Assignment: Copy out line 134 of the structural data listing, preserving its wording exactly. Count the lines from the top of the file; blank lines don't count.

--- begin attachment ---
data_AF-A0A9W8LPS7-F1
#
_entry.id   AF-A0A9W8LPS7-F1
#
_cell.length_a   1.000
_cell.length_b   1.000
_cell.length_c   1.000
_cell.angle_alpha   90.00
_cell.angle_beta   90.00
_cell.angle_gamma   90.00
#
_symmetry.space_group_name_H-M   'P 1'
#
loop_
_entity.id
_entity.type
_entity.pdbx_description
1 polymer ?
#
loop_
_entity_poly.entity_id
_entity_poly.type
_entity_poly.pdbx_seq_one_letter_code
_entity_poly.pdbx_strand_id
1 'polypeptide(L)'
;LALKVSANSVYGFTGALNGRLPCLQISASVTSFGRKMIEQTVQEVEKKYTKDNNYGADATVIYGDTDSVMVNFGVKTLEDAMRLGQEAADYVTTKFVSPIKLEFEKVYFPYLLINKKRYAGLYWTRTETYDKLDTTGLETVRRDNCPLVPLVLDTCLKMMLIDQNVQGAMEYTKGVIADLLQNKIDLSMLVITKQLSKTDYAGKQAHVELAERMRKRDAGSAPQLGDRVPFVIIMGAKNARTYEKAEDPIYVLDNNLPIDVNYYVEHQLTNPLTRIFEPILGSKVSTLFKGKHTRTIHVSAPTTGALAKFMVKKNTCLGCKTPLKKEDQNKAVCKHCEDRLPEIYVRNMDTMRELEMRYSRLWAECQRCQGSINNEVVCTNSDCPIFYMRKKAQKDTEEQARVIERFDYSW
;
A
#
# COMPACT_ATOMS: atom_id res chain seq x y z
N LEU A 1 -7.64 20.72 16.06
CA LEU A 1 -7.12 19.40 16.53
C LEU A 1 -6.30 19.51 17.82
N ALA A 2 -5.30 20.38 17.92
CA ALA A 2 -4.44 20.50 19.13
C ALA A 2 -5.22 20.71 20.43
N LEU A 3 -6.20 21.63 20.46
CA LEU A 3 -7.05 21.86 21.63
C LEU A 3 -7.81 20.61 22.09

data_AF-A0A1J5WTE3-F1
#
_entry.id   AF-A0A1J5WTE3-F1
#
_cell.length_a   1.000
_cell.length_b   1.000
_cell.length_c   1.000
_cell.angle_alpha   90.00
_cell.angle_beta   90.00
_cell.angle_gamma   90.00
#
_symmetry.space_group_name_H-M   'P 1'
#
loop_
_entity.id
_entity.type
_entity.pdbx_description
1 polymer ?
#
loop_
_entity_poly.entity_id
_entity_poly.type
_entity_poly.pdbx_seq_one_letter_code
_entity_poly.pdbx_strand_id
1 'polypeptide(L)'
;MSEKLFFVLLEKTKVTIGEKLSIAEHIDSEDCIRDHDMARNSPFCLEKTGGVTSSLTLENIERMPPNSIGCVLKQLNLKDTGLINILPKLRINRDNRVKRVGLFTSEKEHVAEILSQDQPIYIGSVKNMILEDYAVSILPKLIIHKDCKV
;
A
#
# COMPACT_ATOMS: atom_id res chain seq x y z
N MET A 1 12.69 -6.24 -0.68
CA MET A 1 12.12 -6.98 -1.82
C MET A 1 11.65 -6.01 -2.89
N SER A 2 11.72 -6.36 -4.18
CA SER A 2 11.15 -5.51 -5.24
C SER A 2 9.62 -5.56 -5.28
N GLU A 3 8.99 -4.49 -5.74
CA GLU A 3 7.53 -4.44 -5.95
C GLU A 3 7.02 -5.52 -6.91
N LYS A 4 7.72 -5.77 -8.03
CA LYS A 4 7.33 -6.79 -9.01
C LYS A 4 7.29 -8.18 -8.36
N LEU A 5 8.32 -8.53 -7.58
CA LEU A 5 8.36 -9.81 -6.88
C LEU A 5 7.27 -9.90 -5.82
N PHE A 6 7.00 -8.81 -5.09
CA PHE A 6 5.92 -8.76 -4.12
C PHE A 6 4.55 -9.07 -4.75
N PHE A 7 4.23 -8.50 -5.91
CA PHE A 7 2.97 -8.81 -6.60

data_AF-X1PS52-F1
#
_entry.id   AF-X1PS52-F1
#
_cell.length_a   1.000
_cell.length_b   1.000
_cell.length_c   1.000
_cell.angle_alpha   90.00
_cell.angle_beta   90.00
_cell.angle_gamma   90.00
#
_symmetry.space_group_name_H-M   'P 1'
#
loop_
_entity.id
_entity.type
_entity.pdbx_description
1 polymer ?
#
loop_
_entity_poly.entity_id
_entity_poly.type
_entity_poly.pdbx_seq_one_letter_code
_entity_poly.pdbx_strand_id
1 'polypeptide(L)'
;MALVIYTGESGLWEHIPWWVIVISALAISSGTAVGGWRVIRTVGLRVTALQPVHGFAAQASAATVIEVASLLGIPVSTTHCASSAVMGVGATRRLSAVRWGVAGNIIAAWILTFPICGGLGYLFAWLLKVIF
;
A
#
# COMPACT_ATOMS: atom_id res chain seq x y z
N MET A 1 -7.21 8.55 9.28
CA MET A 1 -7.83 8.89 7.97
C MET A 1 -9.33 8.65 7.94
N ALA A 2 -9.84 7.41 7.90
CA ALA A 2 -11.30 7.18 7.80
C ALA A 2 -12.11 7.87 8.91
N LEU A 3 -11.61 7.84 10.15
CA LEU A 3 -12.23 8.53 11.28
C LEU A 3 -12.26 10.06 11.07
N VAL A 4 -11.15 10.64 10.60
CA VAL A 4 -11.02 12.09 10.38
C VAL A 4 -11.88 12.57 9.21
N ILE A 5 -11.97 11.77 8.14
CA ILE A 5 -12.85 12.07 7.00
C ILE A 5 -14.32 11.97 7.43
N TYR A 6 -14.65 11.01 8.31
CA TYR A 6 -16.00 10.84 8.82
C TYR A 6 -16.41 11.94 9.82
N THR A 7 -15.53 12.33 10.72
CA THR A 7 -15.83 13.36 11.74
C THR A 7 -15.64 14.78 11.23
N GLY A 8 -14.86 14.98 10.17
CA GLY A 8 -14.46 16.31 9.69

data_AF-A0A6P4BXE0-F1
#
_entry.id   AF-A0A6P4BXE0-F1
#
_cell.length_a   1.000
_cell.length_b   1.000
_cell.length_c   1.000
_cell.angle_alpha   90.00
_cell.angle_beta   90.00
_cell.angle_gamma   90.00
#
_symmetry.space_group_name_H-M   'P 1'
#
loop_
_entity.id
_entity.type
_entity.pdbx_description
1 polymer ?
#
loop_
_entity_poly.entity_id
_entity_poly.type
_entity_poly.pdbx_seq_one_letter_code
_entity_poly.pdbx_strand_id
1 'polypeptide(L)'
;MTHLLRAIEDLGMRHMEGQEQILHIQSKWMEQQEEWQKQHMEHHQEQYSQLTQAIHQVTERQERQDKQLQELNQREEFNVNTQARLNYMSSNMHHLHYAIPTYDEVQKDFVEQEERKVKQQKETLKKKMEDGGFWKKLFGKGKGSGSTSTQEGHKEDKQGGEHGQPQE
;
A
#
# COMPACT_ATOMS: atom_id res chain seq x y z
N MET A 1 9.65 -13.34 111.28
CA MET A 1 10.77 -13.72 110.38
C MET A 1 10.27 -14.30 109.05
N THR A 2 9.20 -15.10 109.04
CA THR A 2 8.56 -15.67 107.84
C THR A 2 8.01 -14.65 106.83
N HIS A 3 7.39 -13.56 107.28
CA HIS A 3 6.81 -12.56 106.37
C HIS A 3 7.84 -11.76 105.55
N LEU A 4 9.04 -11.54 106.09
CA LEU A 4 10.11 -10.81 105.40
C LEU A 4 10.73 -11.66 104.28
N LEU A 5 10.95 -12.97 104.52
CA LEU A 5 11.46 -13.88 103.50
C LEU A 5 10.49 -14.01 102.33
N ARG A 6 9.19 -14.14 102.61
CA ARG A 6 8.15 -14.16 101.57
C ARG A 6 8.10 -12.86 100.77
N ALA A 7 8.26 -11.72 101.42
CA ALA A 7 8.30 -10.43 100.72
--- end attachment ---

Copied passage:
C ILE A 5 -14.32 11.97 7.43